During the recent Paris Air Show, French engine manufacturer Snecma announced significant investment in a new assembly facility to meet the unprecedented level of customer demand for the new LEAP engine, which is being developed as part of the CFM partnership with GE to power the latest re-engined versions of the Boeing 737 and Airbus A320 families and the new Chinese COMAC 919 airliner.
At the time of the announcement, before another flood of 500+ orders were declared at Paris, there were already more than 8900 orders and commitments for the new engine, a year before entry into service.
The new LEAP is already the world’s best-selling new engine, while it is still under development, in the history of aviation. The challenge facing the engine manufacturers, and everyone else down through the supply chain, is how to produce enough units to satisfy what has grown to a backlog of well over 12,000 new aircraft.
Even with aircraft output at Boeing and Airbus heading toward 50 airframes every month, and possibly rising even higher, the need to supply the new generation engines (from CFM and Pratt & Whitney) that is making these 150-seat airplanes so popular has become a priority, certainly in the case of the LEAP engine, which is the sole source powerplant on the 737 Max family.
As a result, Snecma is preparing its supply chain and industrial capabilities for an unprecedented production ramp-up.
The LEAP's predecessor, the CFM56, saw its production gradually rise over a dozen years to an annual rate of nearly 1600 engines. The LEAP faces a much more daunting challenge, since it is aiming at an annual production rate of more than 1800 engines as early as 2020, in just four years. In line with the assigned workshares in the joint French/U.S. company, Snecma is responsible for the final assembly of half of all engines made by CFM, with this assembly being handled by Snecma's Villaroche plant near Paris.
To meet this huge challenge, Snecma is to build two new assembly lines dedicated to the LEAP, alongside the two existing CFM56 production lines. These new pulse lines will stretch 60 m long and 20 m wide (about 200 x 65 ft), and each line will offer a capacity up to 500 engines per year. They will be able to assemble all three versions of the LEAP: the LEAP-1A for the Airbus A320neo, the LEAP-1B for the Boeing 737 MAX, and the LEAP-1C for the Comac C919. These two lines will be up and running by January 2017 and early 2018, allowing Snecma to assemble up to 1000 engines/year at Villaroche—the equivalent to over four engines every day.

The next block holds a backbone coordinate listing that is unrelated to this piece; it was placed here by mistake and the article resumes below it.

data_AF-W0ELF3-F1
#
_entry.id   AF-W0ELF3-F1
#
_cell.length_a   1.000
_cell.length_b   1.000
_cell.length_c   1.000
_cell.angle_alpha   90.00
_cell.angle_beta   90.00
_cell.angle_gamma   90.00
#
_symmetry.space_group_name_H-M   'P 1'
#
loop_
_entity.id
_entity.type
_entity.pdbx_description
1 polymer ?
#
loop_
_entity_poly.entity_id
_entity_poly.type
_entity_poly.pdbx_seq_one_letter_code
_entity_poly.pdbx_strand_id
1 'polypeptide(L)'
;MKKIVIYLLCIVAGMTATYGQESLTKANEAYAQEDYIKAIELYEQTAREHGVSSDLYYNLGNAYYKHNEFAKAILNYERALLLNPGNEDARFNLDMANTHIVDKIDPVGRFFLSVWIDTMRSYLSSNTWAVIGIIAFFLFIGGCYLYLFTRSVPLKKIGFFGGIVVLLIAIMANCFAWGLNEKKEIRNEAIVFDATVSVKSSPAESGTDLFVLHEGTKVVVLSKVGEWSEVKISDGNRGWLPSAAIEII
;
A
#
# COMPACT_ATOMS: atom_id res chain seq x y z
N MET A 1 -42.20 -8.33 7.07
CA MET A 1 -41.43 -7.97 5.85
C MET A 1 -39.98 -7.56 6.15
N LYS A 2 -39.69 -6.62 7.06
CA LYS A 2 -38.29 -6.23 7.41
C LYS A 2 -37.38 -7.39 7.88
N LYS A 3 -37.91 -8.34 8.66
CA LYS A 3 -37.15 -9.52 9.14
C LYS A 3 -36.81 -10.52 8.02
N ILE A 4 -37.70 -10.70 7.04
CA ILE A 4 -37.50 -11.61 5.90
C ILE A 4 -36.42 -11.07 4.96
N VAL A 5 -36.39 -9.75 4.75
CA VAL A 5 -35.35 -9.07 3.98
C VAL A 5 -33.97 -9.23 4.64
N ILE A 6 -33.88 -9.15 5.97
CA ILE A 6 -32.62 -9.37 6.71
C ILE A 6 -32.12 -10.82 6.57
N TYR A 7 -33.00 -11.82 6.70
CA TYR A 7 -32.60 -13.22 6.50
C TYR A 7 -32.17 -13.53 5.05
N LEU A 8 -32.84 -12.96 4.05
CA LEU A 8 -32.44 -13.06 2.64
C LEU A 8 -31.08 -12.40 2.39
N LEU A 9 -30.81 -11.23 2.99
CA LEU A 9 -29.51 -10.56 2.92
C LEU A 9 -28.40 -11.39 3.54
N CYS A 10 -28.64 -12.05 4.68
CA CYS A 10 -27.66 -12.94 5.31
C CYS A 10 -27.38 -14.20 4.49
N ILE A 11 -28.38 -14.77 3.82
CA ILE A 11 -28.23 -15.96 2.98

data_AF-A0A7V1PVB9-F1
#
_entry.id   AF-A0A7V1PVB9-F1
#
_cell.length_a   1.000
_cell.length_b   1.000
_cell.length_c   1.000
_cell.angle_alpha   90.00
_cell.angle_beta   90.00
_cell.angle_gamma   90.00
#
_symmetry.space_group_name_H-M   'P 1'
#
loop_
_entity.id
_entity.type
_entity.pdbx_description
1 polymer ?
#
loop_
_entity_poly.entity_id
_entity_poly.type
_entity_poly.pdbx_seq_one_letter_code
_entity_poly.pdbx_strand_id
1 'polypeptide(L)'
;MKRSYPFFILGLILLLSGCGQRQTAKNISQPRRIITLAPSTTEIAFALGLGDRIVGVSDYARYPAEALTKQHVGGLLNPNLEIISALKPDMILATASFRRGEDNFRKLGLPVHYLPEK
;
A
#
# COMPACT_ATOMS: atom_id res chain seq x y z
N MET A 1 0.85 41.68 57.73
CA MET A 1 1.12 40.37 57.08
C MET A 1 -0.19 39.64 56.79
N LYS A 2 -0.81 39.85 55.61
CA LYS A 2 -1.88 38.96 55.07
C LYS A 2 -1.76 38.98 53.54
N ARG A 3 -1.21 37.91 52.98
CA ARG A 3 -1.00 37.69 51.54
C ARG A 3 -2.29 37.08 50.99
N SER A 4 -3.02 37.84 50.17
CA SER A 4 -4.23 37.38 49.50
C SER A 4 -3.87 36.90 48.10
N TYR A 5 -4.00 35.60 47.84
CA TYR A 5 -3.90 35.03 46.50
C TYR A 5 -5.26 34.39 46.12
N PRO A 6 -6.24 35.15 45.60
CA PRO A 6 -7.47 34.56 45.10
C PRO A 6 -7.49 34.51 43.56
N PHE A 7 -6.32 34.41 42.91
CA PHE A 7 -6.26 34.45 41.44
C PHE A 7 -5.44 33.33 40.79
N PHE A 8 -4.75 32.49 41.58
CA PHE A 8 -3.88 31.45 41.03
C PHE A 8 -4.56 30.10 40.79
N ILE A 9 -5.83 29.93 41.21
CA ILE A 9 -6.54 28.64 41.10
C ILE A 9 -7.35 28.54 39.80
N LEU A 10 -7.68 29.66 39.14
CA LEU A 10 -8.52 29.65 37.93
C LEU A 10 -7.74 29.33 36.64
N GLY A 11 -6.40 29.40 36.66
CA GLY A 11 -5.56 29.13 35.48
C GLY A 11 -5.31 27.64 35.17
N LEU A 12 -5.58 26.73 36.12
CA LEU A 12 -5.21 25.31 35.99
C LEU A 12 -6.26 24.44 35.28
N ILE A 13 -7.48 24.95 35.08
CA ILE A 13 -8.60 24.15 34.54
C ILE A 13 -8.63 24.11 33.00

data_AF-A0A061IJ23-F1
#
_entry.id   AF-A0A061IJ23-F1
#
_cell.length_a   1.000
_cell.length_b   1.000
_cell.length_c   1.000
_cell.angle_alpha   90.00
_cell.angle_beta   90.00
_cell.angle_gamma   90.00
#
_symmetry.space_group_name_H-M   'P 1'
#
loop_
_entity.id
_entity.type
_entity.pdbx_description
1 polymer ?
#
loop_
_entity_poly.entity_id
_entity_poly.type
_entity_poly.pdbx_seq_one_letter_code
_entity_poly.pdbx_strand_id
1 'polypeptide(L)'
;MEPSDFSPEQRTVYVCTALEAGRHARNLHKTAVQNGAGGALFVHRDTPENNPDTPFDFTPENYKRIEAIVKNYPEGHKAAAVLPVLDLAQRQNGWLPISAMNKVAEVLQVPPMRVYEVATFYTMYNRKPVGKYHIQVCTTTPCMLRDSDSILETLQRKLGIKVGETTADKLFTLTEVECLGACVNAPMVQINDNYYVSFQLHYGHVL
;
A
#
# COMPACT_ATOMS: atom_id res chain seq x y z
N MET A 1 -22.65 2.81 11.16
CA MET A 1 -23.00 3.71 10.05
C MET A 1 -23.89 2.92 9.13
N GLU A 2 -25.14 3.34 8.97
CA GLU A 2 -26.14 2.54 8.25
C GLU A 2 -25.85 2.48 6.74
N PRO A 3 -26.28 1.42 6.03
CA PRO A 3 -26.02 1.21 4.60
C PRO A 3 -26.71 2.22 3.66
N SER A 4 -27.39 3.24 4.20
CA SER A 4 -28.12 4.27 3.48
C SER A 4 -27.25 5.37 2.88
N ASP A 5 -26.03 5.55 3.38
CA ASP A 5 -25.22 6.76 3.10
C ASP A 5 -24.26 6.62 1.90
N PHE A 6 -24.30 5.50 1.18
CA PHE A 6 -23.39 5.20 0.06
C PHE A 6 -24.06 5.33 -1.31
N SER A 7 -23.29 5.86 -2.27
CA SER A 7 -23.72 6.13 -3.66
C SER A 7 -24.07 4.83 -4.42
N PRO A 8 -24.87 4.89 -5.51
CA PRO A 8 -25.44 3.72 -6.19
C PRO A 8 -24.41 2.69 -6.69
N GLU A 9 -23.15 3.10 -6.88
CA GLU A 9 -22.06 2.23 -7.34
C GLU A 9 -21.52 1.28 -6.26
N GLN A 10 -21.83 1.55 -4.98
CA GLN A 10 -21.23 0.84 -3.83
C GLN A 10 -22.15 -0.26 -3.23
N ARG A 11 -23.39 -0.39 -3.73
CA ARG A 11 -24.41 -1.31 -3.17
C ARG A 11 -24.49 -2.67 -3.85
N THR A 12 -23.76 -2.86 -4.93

The two current CFM56 pulse lines, commissioned in 2009, had already enabled Snecma to reduce engine assembly time by 30% and the two new LEAP assembly lines will extend this initiative, while adding a number of innovations.
For example, engine movements will be managed by touchscreens, and an overhead handling system featuring a "swing cradle" that enables rotating the engine around the horizontal axis (a proprietary Snecma process), so staff won't have to work at heights. The positioning of components and subassemblies on the engine will use the latest laser projection and virtual reality assistance systems, while operators will use connected tools and other advanced devices.
The design of these pulse lines involves operator feedback and can accommodate recommendations. It is expected that this will significantly enhance the comfort and efficiency of operators at the various workstations throughout the production and assembly process. The new additions to the plant will allow for a third LEAP assembly line if this is eventually needed to increase production capacity even further. The GE partners in CFM are also expanding their own LEAP production facilities in the U.S. at West Lafayette, IN, which will see a new line open before the end of this year.
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